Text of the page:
Murray Stahl imagines a world where everybody can potentially have a basic universal income just by selling their data online, where there is no middleman between content creators and content and where a secure way of sharing money and completing transactions will be virtually impossible to hack. How will this world be possible?


Stahl is the co-founder, chief executive officer, chairman of the board and chief investment officer for Horizon Kinetics. He has over 30 years of investment experience, and oversees a variety of research on cryptocurrency. At the Dean’s Executive Forum at the Charles F. Dolan Business School on March 5th, Stahl discussed the development of cryptocurrency and its effect on our lives. Assistant Professor of Finance Michael Puleo moderated the event.

Stahl referenced Friedrich Hayek’s 1977 book “The Denationalization of Money,” which proposed to take the power of currency creation away from the federal government and banks and put it in the hands of people. Stahl admitted this idea was “totally impractical” because one would not be able to keep track of the amount of currencies- until the evolution of something called a blockchain. As Stahl explained, a blockchain is the mechanism by which people can independently validate the number of units of a currency that exists.

“If you know how many units of currency there are, if you know that is fixed, then you solve the problem of inflation. That’s why we need it,” Stahl said.

As Stahl said, blockchain is a ledger, a permanent summary of all individual transactions in a certain account, that millions of people will be able to access. Based on his research, Stahl theorizes that when people are all independently calculating transactions, all of these millions of ledgers will equal the same amount at the end of each ten minute period of time called block time.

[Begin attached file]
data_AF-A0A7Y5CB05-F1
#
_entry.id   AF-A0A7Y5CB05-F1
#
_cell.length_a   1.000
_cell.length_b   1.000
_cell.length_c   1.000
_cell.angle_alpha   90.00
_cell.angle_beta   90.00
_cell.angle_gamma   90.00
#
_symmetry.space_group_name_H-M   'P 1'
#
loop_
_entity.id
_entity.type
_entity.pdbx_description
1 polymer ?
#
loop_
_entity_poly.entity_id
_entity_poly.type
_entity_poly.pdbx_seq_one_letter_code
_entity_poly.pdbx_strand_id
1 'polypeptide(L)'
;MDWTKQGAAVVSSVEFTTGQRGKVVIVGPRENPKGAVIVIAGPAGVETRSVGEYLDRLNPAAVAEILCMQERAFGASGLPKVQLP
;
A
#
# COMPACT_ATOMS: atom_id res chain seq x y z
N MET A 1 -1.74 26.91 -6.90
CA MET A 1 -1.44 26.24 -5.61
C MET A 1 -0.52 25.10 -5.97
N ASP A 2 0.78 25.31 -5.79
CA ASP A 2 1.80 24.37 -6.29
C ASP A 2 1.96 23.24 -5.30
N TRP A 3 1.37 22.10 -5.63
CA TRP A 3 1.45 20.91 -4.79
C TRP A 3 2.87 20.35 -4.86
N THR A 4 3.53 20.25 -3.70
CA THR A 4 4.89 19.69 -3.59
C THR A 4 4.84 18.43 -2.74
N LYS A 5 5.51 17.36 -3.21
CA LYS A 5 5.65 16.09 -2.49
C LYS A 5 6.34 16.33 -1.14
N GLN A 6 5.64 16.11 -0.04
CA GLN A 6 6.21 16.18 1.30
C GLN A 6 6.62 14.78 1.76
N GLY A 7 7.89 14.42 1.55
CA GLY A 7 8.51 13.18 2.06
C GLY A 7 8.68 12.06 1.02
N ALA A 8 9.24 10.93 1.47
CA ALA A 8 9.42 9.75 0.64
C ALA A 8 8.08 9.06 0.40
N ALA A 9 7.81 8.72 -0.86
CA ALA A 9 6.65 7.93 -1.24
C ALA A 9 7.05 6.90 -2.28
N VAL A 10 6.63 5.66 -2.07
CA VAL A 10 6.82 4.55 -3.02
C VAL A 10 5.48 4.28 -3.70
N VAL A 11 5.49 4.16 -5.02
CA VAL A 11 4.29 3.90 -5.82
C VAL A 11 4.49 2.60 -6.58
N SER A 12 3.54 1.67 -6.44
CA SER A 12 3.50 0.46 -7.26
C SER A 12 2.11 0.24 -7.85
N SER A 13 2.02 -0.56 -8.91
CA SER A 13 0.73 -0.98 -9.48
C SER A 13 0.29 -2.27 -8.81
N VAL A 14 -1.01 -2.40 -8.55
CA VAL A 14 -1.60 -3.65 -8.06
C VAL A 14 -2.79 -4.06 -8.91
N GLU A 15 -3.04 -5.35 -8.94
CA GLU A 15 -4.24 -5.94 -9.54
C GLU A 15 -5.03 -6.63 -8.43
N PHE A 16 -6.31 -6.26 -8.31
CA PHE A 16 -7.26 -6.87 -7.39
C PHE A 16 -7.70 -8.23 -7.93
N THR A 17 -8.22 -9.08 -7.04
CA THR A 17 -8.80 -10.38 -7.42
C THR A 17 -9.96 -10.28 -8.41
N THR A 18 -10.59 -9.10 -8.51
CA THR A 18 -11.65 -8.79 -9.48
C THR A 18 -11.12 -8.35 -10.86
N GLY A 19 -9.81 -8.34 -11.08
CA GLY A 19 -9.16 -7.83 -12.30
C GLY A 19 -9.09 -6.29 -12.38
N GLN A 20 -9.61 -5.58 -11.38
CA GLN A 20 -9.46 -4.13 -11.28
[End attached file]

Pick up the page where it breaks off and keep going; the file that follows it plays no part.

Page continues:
“You incentivize people to constantly be vigilant, validating and verifying these transactions, because that’s how you get bitcoin- reward- your incentive for validating transaction,” said Stahl.

Cryptocurrency is safer than traditional methods of banking, Stahl said. In the world of blockchain, there is a ledger that repeats 1.5 million times. It would take an enormous amount of electric power, and someone would be identified quickly. The community would take action very quickly, because there would be so many people watching.

“I don’t believe it’s theoretically possible to hack a blockchain,” Stahl said.

Puleo asked about the future of cryptocurrency, Stahl explained that in the future, people will be able to see your data online, but they will not know the data belongs to you. They will be able to contact you via your “public key,” and you will be able to set a parameter- for example, “I won’t mind receiving a pop up advertisement if I receive 25 cents for each ad.” This would ensure a guaranteed revenue stream, Stahl explained.

In the future, cryptocurrency will eliminate the middleman. If you are a creator of content, instead of intermediaries receiving the bulk of the money, all the revenue will go directly to you.

Stahl also discussed Filecoin, a form of cryptocurrency which uses empty space in every individual’s hard drive. Everybody who owns a laptop has a hard drive with many gigabytes of storage capacity- most of which is empty. Filecoin will lease out the empty space in an individual’s hard drive to people who want to use this empty space. “Everybody with a laptop can become a revenue source,” Stahl said.

Stahl advises students looking to invest in cryptocurrency to remember that there is no minimum amount needed to invest. “Whatever amount of money one can afford to lose, that’s the amount one should invest.”


About The Author

Contributing Writer

Mimi Loughlin is a recent graduate of Fairfield University, where she majored in English/ Digital Journalism.

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